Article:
Sinding-Larsen-Johansson, or SLJ, syndrome is a debilitating knee condition that most commonly affects teens during periods of rapid growth. The kneecap, or patella, is attached to the shinbone, or tibia, from the patellar tendon. The tendon connects to an expansion plate at the bottom of the kneecap throughout growth.
Repetitive stress on the patellar tendon can make the growth plate within the knee become inflamed and irritated. SLJ mainly develops in children and adolescents between the ages of 10 and 15 because that is when most people experience growth spurts. SLJ is most common in young athletes due to excess or repetitive strain in the knee.
The large muscle group at the front of the upper leg is known as the quadriceps. When straightening the leg, the quadriceps pull to deliver the leg forward. This puts pressure on the growth plate at the bottom of the kneecap. During rapid growth, the bones and muscles don’t always grow at precisely the same rate.
Since the bones grow, tendons and muscles can get tight and stretched. This increases the strain around the patellar tendon and also on the growth plate it’s attached to. Repetitive or extra stress and pressure in this area can cause the growth plate to become irritated and painful. Matters that can contribute to growing SLJ syndrome are comprised of:
Symptoms demonstrating the presence of Sinding-Larsen-Johansson, or SLJ, syndrome include: pain at the front of the knee or near the bottom of the kneecap, as this is the main symptom of SLJ; swelling and tenderness around the kneecap; pain that increases with physical activities like jogging, climbing stairs, or leaping; pain that becomes more acute when kneeling or squatting; and a swollen or bony bump at the bottom of the kneecap.
Sinding-Larsen-Johansson, or SLJ, syndrome is medically referred to as a juvenile osteochondrosis which affects the patella tendon in the kneecap which attaches to the inferior pole of the patella in the shinbone. Commonly characterized by knee pain and inflammation, SLJ is considered an overuse knee injury rather than a traumatic injury. Sinding-Larsen-Johansson syndrome is similar to Osgood-Schlatter syndrome.
Dr. Alex Jimenez D.C., C.C.S.T. Insight
Should you see a healthcare professional for knee problems, they will generally ask questions about how much pain the patient is experiencing and if they do any sports or other physical activities and exercises. Whether or not the patient has also had a recent growth spurt, the doctor will examine the patient’s knee for swelling and tenderness.
In very rare instances, the healthcare professional may also ask patients to acquire an X-ray or other imaging diagnostics, such as magnetic resonance imaging, or MRI, to rule out other health issues like fracture or disease.
The most significant way that patients can prevent getting SLJ is to stop doing physical activities which cause pain in the knee. The patient should limit themselves before the pain goes off.
It is crucial to warm up well and stretch before exercising, playing sports or engaging in any other physical activities. A jog around the track for a couple of minutes and some dynamic stretching is enough to warm up the body.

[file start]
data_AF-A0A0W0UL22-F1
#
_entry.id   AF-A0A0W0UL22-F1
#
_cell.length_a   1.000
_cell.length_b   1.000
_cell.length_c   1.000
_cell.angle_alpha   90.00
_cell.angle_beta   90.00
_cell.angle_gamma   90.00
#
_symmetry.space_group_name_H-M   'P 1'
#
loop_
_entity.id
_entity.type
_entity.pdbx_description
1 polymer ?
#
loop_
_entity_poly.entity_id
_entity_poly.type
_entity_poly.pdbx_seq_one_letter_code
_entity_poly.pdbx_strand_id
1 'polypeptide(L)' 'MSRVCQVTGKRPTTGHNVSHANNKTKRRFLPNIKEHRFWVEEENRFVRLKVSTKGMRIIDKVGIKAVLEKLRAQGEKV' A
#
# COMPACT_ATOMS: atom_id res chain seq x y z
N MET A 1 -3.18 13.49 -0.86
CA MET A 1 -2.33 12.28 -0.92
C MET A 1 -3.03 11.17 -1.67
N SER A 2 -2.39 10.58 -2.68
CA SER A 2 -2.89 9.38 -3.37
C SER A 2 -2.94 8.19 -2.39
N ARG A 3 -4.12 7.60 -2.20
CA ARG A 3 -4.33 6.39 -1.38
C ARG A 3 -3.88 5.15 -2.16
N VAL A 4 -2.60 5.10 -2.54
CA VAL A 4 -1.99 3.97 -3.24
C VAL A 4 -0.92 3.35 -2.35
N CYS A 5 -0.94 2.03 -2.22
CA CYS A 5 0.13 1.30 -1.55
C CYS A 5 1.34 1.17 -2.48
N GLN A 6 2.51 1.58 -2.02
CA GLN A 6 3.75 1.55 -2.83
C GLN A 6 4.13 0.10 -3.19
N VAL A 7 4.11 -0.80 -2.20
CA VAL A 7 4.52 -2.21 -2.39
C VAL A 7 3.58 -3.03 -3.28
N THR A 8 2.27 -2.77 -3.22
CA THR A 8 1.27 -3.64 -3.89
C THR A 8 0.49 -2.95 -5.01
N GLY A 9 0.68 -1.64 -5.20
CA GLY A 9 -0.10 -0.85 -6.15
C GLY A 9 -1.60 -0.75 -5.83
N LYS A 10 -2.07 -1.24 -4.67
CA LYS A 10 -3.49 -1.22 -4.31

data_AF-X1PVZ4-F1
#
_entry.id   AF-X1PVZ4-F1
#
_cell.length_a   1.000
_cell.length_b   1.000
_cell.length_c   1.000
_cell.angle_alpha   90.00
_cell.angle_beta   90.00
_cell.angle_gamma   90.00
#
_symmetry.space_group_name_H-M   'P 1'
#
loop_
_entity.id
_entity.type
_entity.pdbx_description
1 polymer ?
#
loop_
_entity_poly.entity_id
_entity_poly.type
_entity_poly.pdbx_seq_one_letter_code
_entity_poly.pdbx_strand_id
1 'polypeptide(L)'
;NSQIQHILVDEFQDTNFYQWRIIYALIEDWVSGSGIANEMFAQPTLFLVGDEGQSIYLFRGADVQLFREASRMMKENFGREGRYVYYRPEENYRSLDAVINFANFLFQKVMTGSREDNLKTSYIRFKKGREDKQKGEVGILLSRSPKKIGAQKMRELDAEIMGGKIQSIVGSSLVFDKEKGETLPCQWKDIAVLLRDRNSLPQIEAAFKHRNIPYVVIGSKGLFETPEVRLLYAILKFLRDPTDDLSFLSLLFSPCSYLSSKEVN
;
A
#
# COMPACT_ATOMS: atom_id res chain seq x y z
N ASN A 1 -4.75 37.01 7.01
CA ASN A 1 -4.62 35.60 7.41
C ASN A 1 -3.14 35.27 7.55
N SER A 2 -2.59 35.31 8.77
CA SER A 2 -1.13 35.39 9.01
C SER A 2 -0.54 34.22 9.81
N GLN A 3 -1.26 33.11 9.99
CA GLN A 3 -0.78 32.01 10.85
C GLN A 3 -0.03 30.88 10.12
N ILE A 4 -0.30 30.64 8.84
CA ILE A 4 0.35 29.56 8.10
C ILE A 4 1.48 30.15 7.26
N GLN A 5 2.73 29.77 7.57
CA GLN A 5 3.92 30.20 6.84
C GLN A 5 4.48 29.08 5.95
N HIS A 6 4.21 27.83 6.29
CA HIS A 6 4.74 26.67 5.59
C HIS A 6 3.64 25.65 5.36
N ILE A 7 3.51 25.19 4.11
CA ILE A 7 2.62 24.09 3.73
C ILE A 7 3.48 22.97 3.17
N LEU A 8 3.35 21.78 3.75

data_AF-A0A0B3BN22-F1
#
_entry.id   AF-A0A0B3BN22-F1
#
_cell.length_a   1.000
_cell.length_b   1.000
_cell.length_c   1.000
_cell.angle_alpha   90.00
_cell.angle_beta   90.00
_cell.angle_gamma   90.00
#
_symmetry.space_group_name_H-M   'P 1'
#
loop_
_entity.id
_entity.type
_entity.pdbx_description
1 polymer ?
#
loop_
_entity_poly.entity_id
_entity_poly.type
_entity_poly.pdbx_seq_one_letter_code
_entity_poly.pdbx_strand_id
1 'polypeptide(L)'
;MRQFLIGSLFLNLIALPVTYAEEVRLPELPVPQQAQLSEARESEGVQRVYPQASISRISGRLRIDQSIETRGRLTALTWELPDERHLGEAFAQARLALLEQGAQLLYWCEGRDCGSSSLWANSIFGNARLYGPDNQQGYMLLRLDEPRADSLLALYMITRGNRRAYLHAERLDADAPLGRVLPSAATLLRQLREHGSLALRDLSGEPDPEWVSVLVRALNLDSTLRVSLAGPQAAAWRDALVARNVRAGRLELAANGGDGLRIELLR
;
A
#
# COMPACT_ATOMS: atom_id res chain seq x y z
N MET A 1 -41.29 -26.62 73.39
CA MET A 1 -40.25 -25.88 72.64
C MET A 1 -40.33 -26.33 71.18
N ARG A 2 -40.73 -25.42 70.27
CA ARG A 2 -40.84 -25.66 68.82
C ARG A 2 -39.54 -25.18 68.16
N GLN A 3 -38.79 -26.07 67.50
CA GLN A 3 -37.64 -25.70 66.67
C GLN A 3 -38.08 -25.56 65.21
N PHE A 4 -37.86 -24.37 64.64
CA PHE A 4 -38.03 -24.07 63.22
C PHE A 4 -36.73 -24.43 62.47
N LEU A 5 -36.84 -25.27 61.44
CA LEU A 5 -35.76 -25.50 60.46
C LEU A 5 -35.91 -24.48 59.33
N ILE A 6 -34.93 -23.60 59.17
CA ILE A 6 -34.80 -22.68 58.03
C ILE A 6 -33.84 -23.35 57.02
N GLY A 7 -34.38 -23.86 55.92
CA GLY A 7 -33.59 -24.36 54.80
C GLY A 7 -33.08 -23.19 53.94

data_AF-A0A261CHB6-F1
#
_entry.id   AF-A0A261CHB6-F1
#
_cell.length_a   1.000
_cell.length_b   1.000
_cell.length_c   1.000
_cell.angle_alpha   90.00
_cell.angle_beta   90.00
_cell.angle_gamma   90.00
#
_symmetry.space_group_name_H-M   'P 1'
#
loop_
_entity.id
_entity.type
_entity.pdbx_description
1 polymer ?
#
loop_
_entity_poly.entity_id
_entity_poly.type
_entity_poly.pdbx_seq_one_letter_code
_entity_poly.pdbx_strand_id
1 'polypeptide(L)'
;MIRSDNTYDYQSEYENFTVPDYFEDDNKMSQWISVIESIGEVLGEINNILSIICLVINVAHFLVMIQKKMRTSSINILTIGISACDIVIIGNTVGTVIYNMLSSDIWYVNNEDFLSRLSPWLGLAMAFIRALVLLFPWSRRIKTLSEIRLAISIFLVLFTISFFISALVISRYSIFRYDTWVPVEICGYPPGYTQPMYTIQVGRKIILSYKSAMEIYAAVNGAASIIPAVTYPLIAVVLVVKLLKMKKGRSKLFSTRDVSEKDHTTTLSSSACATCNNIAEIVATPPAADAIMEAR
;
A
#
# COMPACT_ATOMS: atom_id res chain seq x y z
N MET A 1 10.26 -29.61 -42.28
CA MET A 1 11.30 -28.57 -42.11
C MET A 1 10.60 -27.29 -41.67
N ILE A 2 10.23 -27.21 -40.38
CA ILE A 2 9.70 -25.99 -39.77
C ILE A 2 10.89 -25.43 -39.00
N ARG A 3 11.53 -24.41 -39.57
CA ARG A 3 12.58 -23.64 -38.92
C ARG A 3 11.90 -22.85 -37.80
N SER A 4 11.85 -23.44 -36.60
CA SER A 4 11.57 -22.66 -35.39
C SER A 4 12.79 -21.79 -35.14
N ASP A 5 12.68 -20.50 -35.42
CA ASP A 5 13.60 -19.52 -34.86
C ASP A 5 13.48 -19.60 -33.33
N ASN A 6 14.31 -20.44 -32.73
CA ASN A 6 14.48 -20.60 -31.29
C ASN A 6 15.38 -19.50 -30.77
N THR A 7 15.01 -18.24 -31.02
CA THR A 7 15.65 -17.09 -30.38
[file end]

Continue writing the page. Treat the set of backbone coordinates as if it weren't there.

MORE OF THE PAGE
If the quadriceps muscles are tight, then you might want to do some specialized exercise and physical activity routines. Talk to your healthcare professional, such as a chiropractor or physical therapist, to discuss what’s best for you. Doing a few stretches and warm up exercises after sports or physical activities can help prevent SLJ syndrome from developing.
The first and most important way to treat SLJ is to stop any action that causes irritation in the knee. It’s essential for a patient to not resume any physical activities without first being cleared by a healthcare professional.
SLJ can be challenging to treat since it may not completely resolve before the bones have completely matured and the growth plates are completely shut. During physical activities, knee pain may come and go in the meantime. Other treatments to help ease SLJ syndrome include:
It’s easy to become impatient when sidelined by an injury, but the proper treatment can help build the strength needed for future physical activities. The scope of our information is limited to chiropractic as well as to spinal injuries and conditions. To discuss the subject matter, please feel free to ask Dr. Jimenez or contact us at 915-850-0900 .
Curated by Dr. Alex Jimenez
Knee pain is a well-known symptom which can occur due to a variety of knee injuries and/or conditions, including sports injuries. The knee is one of the most complex joints in the human body as it is made-up of the intersection of four bones, four ligaments, various tendons, two menisci, and cartilage. According to the American Academy of Family Physicians, the most common causes of knee pain include patellar subluxation, patellar tendinitis or jumper’s knee, and Osgood-Schlatter disease. Although knee pain is most likely to occur in people over 60 years old, knee pain can also occur in children and adolescents. Knee pain can be treated at home following the RICE methods, however, severe knee injuries may require immediate medical attention, including chiropractic care.
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